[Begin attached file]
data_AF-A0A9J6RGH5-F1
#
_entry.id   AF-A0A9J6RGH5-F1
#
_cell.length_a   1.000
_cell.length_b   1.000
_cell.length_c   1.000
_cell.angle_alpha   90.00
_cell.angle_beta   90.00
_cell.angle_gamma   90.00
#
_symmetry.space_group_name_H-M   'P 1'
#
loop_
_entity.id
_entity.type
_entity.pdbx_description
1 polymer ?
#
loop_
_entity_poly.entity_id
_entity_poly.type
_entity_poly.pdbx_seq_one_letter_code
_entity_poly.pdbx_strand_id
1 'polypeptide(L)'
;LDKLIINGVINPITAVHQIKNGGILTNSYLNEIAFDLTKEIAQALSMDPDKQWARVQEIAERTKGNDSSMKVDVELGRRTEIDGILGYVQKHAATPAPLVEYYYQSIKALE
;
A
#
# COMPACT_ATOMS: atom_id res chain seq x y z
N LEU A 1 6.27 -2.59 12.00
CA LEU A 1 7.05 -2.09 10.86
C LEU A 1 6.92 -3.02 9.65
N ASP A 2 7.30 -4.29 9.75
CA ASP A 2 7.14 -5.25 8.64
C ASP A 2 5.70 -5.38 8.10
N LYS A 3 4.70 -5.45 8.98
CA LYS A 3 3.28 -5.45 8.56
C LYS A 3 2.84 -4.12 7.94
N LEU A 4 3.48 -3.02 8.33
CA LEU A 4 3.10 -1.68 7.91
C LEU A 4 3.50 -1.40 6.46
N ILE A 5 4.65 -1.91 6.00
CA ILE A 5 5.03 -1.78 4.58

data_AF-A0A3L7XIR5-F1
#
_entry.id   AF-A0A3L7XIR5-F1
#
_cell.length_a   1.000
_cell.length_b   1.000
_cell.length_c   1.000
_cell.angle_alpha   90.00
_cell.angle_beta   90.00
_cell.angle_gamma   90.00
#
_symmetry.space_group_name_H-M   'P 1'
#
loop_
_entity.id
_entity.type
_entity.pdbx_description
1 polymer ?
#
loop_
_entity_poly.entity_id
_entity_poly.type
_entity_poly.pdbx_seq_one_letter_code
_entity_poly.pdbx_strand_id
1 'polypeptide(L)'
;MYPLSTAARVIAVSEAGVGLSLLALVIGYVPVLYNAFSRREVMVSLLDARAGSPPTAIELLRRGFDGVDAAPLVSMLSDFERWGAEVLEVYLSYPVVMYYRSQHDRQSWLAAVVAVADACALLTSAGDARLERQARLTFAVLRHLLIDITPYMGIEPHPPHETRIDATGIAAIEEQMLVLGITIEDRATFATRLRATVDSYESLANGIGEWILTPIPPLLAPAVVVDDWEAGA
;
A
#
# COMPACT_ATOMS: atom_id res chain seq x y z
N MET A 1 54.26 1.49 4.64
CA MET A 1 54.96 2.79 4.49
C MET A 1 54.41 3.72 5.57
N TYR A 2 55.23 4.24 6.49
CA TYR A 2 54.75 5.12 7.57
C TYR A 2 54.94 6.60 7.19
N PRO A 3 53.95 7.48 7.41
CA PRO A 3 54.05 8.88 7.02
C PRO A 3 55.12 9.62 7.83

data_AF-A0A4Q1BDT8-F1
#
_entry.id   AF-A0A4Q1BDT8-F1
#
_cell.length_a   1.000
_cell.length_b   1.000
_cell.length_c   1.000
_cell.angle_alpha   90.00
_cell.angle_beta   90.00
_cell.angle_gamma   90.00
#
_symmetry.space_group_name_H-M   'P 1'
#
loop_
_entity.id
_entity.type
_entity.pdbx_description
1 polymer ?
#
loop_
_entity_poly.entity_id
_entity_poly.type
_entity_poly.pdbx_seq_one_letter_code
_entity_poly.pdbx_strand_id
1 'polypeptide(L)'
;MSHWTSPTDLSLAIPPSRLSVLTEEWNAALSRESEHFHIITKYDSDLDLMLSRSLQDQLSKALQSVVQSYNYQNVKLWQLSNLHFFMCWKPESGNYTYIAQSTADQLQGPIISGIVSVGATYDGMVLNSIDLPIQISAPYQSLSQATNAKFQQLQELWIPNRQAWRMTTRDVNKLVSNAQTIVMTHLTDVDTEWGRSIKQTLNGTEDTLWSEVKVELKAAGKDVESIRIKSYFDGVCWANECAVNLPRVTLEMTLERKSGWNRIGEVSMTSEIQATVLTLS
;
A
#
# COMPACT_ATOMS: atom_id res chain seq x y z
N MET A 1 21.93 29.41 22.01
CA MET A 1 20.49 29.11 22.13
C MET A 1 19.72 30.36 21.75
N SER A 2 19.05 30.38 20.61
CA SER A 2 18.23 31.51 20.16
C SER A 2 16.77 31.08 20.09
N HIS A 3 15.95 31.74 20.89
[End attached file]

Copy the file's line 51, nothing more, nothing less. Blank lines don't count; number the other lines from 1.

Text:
_cell.length_c   1.000